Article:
Doha was something like 39 degrees nearing midnight, which was an exceptional and unexpected heat to be hitting you when exiting the plane. I went straight to ‘Transfers’ to be told which gate to look for and then found a WiFi area to check-in and let people know I’d completed the first leg of my journey safely. After what seemed an absolute age, the second leg became available to me. I boarded a plane about a third of the size of the previous one and was in too good a mood to bother mentioning to the person occupying my seat number that they had taken it (despite it being a window seat, chosen the night before via the online check-in). I had a good laugh with the man on the other side of me, who had also been on the flight from London to Doha and had noticed the dramatic size reduction both in plane, leg space and air hostesses (there’s size 0 and then there’s entering into the minus sizes!). We joked that they had to be that thin to fit comfortably down the aisles!
Finally, after it seemed like my arrival was being delayed on purpose to tease me, we landed to a breaking dawn and I was on Kenyan soil. I went through arrivals with ease due to printing and filling in a visa application form weeks before, leaving everyone else behind filling in fresh forms and allowing me to go straight through. I collected my bag and exited to a loud and manic crowd of people holding up signs, but I couldn’t see my name. After 5 minutes of walking around, reading each sign being enthusiastically waved in front of me, I exited ‘centre stage’ and stood amongst them. I finally recognised my personalised banner in the distance and declared with fortitude that I was indeed that person, as if I may have been challenged in some way!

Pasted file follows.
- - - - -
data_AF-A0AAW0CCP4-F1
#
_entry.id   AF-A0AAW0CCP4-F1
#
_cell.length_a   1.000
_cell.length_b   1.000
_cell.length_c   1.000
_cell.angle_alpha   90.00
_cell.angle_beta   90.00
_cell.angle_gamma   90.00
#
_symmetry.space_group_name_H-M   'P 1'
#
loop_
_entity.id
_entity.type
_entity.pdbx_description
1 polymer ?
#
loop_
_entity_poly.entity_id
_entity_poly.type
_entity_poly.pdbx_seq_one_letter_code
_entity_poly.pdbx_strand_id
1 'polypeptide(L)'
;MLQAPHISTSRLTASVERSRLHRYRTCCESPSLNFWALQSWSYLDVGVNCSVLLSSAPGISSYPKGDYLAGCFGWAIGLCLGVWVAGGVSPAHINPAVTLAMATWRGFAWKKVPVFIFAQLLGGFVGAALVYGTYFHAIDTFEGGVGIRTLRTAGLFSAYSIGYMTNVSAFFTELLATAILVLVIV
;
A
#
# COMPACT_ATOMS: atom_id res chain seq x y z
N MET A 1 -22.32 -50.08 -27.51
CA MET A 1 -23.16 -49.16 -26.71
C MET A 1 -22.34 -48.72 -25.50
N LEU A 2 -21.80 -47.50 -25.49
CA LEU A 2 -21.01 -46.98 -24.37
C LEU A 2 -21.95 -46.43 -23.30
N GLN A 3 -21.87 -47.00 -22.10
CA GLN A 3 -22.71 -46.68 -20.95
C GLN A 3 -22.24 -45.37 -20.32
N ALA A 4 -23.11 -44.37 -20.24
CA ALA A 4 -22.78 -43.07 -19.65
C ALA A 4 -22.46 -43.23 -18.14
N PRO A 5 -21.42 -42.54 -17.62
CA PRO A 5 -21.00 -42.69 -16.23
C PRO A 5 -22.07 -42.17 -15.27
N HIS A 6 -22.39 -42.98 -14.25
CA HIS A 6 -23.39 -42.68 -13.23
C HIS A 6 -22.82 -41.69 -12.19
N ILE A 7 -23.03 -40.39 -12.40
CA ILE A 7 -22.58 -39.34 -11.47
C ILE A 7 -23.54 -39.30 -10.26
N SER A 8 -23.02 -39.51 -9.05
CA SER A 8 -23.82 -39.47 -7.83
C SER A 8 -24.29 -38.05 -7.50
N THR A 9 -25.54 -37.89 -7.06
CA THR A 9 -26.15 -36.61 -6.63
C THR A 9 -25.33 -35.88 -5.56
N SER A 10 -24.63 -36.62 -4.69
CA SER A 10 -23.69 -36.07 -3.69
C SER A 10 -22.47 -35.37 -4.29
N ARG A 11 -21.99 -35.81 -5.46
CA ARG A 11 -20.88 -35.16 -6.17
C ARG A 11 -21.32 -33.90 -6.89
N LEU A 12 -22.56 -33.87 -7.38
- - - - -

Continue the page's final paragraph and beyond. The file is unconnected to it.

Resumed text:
Two men seized my luggage and I speculated that they were random luggage carriers after a bit of cash, and unfortunately I only had 1000 shilling denominations. Worrying about having to turn down an inevitably high tip, they jumped into the Peponi School minibus after placing my baggage on the front seats. My first journey through Nairobi began and I quickly attempted to tighten and secure the dusty lap seatbelt (after my experiences in Morocco of the crazy driving and Ashley’s stories of a similar style in Kenya, I was taking no chances!) but this just led to a dirty pair of jeans and filthy hands. Driving along, the first thing that stuck out to an outsider was the amount of buildings with Coca-Cola or Pepsi advertising on them – apparently, large companies such as these pay for the building or advertising on them and so it has become a popular way to gain some good money in an effortless manner (well, you’re stuck with an advertising boarding for a building, but they obviously don’t seem to mind!).
Half of the distance to Peponi covered and the minibus suddenly stops at a lay-by and lets one of the men who carried my luggage out. Another 10 minutes down the road and the other also disembarks. It transpires that they were friends of the driver and it’s common for people with a vehicle to give friends a ‘day out’ if they see them on their travels. Not long after the second man jumped out we arrived at Peponi School, which is like a mini-Millfield; surrounded by beautiful grounds and littered with almost every sporting facility you can think of.
We come to a stop facing some wooden buildings and I ask the driver to show me where the ‘gap huts’ are, as Ashley had suggested I do when I arrived. He nods and agrees that they are ‘down there’, when I point towards the buildings. I walk around for a five to ten minutes before giving up and sitting down with my luggage, turning on my mobile reception to try and call Ashley. No signal. Great. Okay, well let’s try one more time!
Luckily, one of the ‘gaps’, Katie, came out after noticing a stranger lurking outside and ushered me in. I was introduced to the other gap student, Freya, had a much needed shower and then relaxed for a bit. Ashley had arranged to meet us at The Village Market in Nairobi – he wasn’t able to be there when I arrived as he had originally thought, but it turned out to be a fantastic place to meet up and have lunch. I hadn’t seen Ashley in what seemed like an absolute age, so a strange anticipation and suspense built up the more I waited. To be in the same country as him 5000 miles away from home but not to have met up yet seemed really odd…
More to follow in the coming days…